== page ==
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  • Why Aren't These Children in School?

    These Andean children are looking through a window into their schoolhouse. I'm inside; they are not. Seems like it should be the other way around, but this particular day is not a school day. It is an extremely rainy day. Just a few miles from here, the trail ascends to a 15,000 foot pass where it's snowing fiercely. Our guide doesn't want us to cross in those conditions. He negotiated with the small village to let our group of adventure travelers use the one-room schoolhouse until the weather breaks. For the children, this is a novelty.

    I saw a lot of children while hiking in the Peruvian Andes. Most of them were also hiking, but they were hiking to school. Some people live within the bounds of a small village, but many families are isolated, quite distant from the school. The children I saw seemed to enjoy hiking several miles—big wide smiles on their faces. But perhaps they were smiling because I and my companions were an odd-looking group of tall people with hiking sticks, funny hats, and big boots.

    Peru education attendance:

    • Ages 6 - 11: 92% ages 6-11
    • Ages 12-16: 66%
    • Literacy--96% in urban areas, 80% in rural areas.

    What about water? See Peru: Water Isn't for Everyone. A few excerpts . . .

    "Water is not only in short supply in Peru, but it is also poorly distributed in relation to the population. Seventy percent of the people live in the arid strip along the Pacific Ocean, where just 1.8 percent of the country's freshwater supply is found."

    "According to the Oxfam report, more than half of Peru's rivers with highest demand for use are severely polluted: the Chira, Piura, Llaunaco, Santa and Huallaga rivers in the north; the Chillón, Yauli and Mantaro in the central region; and the Chili River in the south."

  • Health Care for Rural Ecuador: Dr. David Gaus

    We in the USA have be debating for decades whether to provide affordable health care to everyone. Really, it has been decades. Lots of talk, no action, and our poorest citizens are still without health care.

    During this time, David Gaus visited Quito, Ecuador and had a life changing experience that caused him to go to Tulane Meidal School . He returned to Ecuador after becoming a physician to dedicate his life to getting healthcare for the poor and rural people of Ecuador.

    Dr. Gaus started Andean Health with a goal of creating a self-sustaining health care facility.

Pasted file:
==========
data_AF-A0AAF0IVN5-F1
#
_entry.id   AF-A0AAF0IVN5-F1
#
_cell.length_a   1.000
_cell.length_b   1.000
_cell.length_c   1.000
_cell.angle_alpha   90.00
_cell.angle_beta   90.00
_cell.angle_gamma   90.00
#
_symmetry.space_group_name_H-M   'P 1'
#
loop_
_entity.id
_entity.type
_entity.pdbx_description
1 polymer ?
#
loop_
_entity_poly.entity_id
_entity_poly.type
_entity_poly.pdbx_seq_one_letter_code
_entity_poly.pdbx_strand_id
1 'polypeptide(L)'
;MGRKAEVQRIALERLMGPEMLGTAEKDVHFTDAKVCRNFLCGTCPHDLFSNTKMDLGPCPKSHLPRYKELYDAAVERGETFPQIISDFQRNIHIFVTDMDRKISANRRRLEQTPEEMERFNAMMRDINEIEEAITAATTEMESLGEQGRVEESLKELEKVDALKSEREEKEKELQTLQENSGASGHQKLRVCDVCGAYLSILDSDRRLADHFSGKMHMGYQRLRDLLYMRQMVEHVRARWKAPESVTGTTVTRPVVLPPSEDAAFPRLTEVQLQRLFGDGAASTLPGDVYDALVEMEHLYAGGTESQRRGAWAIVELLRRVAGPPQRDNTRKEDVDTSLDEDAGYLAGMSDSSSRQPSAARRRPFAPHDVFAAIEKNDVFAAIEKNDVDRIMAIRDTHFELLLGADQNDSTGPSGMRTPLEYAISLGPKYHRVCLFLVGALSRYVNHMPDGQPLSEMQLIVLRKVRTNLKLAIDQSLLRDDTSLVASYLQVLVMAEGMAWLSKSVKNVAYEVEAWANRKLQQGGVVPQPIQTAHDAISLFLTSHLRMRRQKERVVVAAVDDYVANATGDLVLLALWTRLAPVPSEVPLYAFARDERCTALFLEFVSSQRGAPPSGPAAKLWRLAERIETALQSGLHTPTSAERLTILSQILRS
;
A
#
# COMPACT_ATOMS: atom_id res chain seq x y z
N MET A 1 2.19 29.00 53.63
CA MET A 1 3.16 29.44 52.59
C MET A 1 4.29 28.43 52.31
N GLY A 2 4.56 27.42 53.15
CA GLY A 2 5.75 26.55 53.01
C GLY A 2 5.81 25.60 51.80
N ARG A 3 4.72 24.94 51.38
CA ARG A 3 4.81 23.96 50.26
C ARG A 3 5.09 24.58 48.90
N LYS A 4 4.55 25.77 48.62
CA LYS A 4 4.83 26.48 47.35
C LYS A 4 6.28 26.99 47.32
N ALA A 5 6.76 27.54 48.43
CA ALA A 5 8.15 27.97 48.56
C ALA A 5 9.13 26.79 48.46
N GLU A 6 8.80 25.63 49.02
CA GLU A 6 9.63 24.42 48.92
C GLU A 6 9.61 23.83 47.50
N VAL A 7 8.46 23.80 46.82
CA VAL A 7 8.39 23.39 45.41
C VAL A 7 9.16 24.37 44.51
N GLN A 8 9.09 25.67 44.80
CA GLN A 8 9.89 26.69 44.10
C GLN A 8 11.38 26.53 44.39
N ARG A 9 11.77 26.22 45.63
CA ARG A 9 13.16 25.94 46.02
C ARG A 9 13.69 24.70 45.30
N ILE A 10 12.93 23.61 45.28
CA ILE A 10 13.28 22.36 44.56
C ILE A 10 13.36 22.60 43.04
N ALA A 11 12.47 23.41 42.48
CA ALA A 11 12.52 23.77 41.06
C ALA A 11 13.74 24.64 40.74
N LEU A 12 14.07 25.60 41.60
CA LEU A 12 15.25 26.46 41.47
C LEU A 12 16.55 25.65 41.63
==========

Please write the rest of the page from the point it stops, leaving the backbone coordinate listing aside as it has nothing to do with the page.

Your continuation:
"Quality, Sustainable Healthcare for the World's Poor."

    Watch this video to learn where his services are and a little bit about the communities he serves.

    Over the next few weeks I'll feature stories of his patients. Most of them never had any hope of getting healthcare locally. Their stories are touching.

    Find out more about Dr. David Gaus and Andean Health

  • Rural Hospital Saves Lives of Premature Twins

    Rural hospitals are sometimes faced with giving care to patients who should be in a major hospital. That's exactly what happened to the Andean Health and Development hospital in Pedro Vicente Maldonado (PVM) when Fabiola arrived in labor with twins, 5 weeks before her due date.

    There was no time for Fabiola to travel from the country to Quito. The lives of her twin babies were in the hands of the PVM rural hosptial. Fabiola's babies were born without any major issues. Each was only 3 pounds. The rural hospital provided comprehensive neonatal care—antibiotics, intravenous fluids, phototherapy, aggressive feeding, and lots of TLC.

    Are you interested in helping the rural poor in Ecuador? Contact Andean Health and Development or donate to them.

  • A Schoolhouse in Peru

    These Andean children are looking through a window into their schoolhouse. I'm inside; they are not. Seems like it should be the other way around, but this particular day is not a school day. It is an extremely rainy day. Just a few miles from here, the trail ascends to a 15,000 foot pass where it's snowing fiercely. Our guide doesn't want us to cross in those conditions. He negotiated with the small village to let our group of adventure travelers use the one-room schoolhouse until the weather breaks. For the children, this is a novelty.

    I saw a lot of children while hiking in the Peruvian Andes. Most of them were also hiking, but they were hiking to school. Some people live within the bounds of a small village, but many families are isolated, quite distant from the school. The children I saw seemed to enjoy hiking several miles—big wide smiles on their faces. But perhaps they were smiling because I and my companions were an odd-looking group of tall people with hiking sticks, funny hats, and big boots.

    Peru education attendance:

    • Ages 6 - 11: 92% ages 6-11
    • Ages 12-16: 66%
    • Literacy--96% in urban areas, 80% in rural areas.